Written by Thomas Goering, NCCM USN(RET)
Published: May 23, 2010
Updated: February 12, 2019
Not an all inclusive list, but it should help you figure out how your charges may effect your enlistment, and who the waiver authority may be when you use the conduct waiver guide.
An offense is classified a Major Misconduct without regard to the offender’s age when the offense was committed, or whether the offense was disposed of by juvenile or adult criminal proceedings. A felony arrest that is adversely adjudicated as a lesser offense classification shall be considered a Major Misconduct Offense for enlistment waiver purposes. If a charge listed below was classified as something lesser than a felony by the state, it will still be considered a Major Misconduct Offense for Conduct Waiver purposes.
Major Misconduct Examples
Aggravated assault, assault with a dangerous weapon, maiming.
Attempt to commit a felony.
Breaking and entering with intent to commit a felony.
Carnal knowledge of a child.
Carrying of weapon on school grounds. (firearm)
Check, worthless, making or uttering, with intent to defraud or deceive (over $500).
Conspiring to commit a felony.
Domestic battery/violence, as defined under the Lautenberg Amendment.
Forgery; knowingly uttering or passing forged instrument. (except for altered identification cards)
Grand larceny/larceny (value over $500).
Grand theft auto.
Illegal/fraudulent use of a credit card, bank card, or automated card (value of $500 or more).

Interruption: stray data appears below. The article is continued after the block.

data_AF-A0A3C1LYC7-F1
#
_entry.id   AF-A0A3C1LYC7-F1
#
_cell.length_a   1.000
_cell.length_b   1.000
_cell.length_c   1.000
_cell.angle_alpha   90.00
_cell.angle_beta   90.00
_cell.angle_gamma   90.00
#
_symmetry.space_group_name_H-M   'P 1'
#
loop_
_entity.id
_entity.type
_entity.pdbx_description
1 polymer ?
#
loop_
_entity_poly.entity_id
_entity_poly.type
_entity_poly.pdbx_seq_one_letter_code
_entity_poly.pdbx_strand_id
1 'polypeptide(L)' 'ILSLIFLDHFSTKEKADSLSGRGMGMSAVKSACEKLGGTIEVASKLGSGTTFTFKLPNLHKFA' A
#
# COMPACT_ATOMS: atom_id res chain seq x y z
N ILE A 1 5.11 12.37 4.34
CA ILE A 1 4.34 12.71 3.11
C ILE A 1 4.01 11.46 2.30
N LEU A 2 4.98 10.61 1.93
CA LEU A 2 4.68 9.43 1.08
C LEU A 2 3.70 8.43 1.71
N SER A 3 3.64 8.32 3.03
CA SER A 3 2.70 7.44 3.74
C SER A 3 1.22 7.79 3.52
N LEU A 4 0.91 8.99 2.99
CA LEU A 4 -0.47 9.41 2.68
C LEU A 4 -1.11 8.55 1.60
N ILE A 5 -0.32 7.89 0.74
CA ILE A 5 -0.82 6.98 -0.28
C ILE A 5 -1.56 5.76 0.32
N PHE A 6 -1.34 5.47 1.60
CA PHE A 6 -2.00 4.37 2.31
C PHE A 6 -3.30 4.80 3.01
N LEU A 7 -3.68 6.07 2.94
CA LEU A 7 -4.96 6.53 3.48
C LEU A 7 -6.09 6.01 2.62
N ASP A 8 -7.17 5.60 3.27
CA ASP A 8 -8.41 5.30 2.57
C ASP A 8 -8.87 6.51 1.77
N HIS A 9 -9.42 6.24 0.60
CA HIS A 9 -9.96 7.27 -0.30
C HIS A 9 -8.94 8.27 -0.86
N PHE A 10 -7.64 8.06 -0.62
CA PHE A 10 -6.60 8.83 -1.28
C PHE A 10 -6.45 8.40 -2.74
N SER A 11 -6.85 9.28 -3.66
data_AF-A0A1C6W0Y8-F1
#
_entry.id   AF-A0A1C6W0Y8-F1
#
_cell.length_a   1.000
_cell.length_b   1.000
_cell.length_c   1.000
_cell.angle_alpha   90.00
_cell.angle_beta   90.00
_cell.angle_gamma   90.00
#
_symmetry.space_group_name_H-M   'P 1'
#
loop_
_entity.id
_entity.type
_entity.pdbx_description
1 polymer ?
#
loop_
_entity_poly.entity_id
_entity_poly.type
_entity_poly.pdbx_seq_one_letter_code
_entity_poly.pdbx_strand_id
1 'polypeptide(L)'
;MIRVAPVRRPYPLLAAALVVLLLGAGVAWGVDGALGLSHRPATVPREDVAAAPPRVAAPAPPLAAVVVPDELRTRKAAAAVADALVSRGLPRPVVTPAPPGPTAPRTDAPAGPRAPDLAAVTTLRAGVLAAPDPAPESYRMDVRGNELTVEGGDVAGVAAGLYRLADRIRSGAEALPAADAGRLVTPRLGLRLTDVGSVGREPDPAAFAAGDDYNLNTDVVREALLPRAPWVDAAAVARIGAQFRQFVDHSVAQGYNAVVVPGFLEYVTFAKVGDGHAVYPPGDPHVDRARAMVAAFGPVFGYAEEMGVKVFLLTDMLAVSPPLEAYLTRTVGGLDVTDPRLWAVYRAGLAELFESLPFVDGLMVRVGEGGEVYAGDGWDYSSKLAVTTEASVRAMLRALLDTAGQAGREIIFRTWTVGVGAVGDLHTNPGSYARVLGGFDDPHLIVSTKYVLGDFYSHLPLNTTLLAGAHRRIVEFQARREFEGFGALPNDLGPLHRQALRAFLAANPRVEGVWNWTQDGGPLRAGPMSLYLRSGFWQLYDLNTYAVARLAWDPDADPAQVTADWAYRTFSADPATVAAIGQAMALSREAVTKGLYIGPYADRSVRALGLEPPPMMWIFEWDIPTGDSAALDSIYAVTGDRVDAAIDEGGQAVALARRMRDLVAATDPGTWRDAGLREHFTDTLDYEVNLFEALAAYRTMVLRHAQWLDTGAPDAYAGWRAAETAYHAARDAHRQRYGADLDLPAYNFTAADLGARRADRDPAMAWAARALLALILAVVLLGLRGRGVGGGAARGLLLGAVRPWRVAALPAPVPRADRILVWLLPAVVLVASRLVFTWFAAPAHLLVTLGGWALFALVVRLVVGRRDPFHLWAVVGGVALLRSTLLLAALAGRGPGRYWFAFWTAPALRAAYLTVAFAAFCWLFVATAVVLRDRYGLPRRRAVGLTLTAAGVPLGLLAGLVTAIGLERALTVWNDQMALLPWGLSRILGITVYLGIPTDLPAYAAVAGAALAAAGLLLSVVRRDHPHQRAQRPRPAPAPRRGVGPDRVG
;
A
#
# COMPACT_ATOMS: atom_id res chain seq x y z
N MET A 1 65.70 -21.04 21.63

Indecent acts or liberties with a child, molestation.
Mail matters: abstracting, destroying, obstructing; opening, secreting, stealing or taking.
Narcotics, or habit forming drugs; wrongful possession or use. (marijuana not included)
Perjury; subornation of perjury.
Possession or intent to use materials in a manner to make a bomb or explosive device to cause bodily harm or destruction of property.
Public record: altering, concealing, destroying, mutilating, obliterating, or removing.
Rape, sexual abuse, sexual assault, criminal sexual abuse, incest, or other sex crimes.
Robbery, to include armed.
Sale, distribution, or trafficking (including “intent to”) of marijuana or any controlled substance. (Mandatory rejection)
Stolen property, knowingly receiving (value over $500).
Terrorist threats including bomb threats.
Violation of civil rights.
A major misconduct offense, generally, when the maximum confinement under local law for the offense is one year or more.